Restoring the rosters: No. 12 – Minnesota

Leave a comment

This is part of a series of articles examining what every team’s roster would look like if given only the players it originally signed. I’m compiling the rosters, ranking them and presenting them in a countdown from Nos. 30 to 1.
No. 30 – Cincinnati
No. 29 – Kansas City
No. 28 – San Diego
No. 27 – Milwaukee
No. 26 – Baltimore
No. 25 – Chicago (AL)
No. 24 – Chicago (NL)
No. 23 – Pittsburgh
No. 22 – Detroit
No. 21 – Tampa Bay
No. 20 – New York (NL)
No. 19 – Houston
No. 18 – Oakland
No. 17 – St. Louis
No. 16 – Florida
No. 15 – San Francisco
No. 14 – Texas
No. 13 – Cleveland
12th place certainly isn’t bad, but the Twins would be far higher if, instead of coming up with teams based on players drafted and originally signed, these rankings went strictly by major league debuts. Johan Santana, David Ortiz, Francisco Liriano, Jason Bartlett and Cristian Guzman came up with the Twins, but all began their minor league careers elsewhere.
Rotation
Matt Garza
Scott Baker
Kevin Slowey
Nick Blackburn
Glen Perkins
Bullpen
Pat Neshek
LaTroy Hawkins
J.C. Romero
Grant Balfour
Jose Mijares
Peter Moylan
Jesse Crain
Moylan is the only one of the 25 players on the roster the Twins would lose if going to the “major league debut” standard. He was signed by the Twins in 1996, spent two years pitching in Rookie ball and then disappeared for eight years before impressing the Braves with his performance for Australia in the 2006 WBC and debuting later that season.
The rotation options are essentially the Twins’ current group, with Garza subbing in for Liriano/Carl Pavano. That looks like a net win for this group. Anthony Swarzak is the primary alternative to Perkins in the fifth spot. Kevin Mulvey wouldn’t be, since he was part of the Santana trade with the Mets.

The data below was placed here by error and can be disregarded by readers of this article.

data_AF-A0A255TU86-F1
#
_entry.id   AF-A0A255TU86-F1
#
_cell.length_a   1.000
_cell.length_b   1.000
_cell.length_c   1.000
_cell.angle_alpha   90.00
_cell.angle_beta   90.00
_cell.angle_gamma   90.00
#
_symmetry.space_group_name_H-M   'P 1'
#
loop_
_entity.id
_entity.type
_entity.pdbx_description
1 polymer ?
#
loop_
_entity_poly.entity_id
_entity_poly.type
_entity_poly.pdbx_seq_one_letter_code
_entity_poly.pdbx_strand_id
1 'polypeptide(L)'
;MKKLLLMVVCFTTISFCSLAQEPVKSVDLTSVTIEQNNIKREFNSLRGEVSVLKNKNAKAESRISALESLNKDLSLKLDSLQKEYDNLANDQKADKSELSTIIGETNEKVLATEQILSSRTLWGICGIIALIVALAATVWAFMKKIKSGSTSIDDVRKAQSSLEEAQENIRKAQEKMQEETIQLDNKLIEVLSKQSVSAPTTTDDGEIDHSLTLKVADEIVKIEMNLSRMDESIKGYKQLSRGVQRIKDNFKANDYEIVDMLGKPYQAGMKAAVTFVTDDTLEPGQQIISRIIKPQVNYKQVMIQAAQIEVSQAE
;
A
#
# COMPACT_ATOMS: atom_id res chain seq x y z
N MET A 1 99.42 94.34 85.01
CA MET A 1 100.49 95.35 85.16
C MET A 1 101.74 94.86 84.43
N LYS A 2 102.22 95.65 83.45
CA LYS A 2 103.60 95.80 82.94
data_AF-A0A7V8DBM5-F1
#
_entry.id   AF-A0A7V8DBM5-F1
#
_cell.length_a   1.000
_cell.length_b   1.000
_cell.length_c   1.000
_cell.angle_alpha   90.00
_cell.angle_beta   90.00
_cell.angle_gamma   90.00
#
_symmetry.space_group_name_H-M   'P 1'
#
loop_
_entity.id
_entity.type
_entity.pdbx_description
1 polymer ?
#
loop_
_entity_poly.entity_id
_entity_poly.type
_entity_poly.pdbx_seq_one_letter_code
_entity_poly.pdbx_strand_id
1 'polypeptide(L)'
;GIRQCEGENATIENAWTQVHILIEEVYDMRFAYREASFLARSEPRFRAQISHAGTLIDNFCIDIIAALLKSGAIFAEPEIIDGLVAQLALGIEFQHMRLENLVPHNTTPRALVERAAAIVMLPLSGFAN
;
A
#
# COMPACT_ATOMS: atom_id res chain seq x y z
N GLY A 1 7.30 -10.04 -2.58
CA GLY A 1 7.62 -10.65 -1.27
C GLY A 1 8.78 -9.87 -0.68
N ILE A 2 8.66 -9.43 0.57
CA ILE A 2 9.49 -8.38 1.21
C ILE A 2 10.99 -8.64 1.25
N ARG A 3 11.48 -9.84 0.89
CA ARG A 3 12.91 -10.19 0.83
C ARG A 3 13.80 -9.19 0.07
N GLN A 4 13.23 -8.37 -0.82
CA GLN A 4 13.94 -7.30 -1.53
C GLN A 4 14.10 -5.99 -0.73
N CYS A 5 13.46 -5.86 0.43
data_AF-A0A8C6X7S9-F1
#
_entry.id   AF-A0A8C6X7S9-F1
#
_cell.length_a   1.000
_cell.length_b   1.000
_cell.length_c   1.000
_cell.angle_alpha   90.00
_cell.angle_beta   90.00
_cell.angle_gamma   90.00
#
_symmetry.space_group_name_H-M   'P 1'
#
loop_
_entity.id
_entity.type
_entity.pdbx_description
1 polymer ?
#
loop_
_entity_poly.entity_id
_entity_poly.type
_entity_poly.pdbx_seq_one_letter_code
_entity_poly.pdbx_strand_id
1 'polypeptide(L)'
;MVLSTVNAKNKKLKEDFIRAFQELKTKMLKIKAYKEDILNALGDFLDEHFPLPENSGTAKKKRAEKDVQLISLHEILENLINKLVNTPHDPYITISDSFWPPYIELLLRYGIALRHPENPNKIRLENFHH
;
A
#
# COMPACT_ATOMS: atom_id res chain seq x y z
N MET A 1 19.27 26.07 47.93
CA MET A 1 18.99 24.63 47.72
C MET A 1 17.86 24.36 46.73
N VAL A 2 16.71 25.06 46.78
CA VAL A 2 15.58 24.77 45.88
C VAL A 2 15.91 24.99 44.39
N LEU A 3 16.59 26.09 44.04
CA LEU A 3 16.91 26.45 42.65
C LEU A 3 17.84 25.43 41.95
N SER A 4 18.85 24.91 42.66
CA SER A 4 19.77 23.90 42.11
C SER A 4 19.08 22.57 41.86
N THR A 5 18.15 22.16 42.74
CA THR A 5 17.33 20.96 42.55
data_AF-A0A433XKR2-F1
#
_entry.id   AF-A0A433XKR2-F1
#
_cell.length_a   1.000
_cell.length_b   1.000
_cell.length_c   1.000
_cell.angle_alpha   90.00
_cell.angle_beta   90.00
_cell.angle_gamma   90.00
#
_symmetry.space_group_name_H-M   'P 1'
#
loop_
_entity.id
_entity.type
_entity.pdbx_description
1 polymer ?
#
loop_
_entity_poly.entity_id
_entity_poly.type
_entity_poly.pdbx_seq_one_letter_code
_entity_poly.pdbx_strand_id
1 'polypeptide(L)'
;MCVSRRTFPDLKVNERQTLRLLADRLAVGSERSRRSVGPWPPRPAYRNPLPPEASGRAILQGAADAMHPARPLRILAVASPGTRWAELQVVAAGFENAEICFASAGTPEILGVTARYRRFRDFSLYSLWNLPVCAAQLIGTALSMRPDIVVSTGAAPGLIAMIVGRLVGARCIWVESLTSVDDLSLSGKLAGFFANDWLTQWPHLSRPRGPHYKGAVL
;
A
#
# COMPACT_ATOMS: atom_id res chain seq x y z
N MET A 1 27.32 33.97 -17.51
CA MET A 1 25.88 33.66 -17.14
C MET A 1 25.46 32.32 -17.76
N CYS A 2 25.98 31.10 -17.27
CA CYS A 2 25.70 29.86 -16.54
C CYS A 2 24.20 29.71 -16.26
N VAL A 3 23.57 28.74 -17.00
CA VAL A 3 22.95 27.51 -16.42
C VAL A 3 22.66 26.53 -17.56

The bullpen would be pretty strong with a healthy Neshek (he’s currently working his way back from Tommy John surgery). I’m throwing him into the closer’s role, given Hawkins’ lack of success in his most recent American League stints. Failing to make the cut was Eddie Guardado.
Lineup
LF Denard Span
C Joe Mauer
CF Torii Hunter
1B Justin Morneau
RF Michael Cuddyer
DH Jason Kubel
3B Danny Valencia
2B Matt Tolbert
SS Luis Rodriguez
Bench
C A.J. Pierzynski
INF Doug Mientkiewicz
INF Terry Tiffee
OF Jacque Jones
There’s hope for Valencia as the future at third base, but realistically, the lineup is only six players deep. Without credit for Bartlett, Guzman or even Alexi Casilla, the Twins just don’t have any adequate middle-infield options. Rodriguez and the disappointing Trevor Plouffe were the shortstop candidates, and second base came down to Tolbert and prospect Steven Tolleson. Mientkiewicz might actually be the superior choice there.
At least the top six is really nice. Mauer is about as valuable as anyone in the game, and Hunter and Morneau have also been among the AL’s best this year.
Summary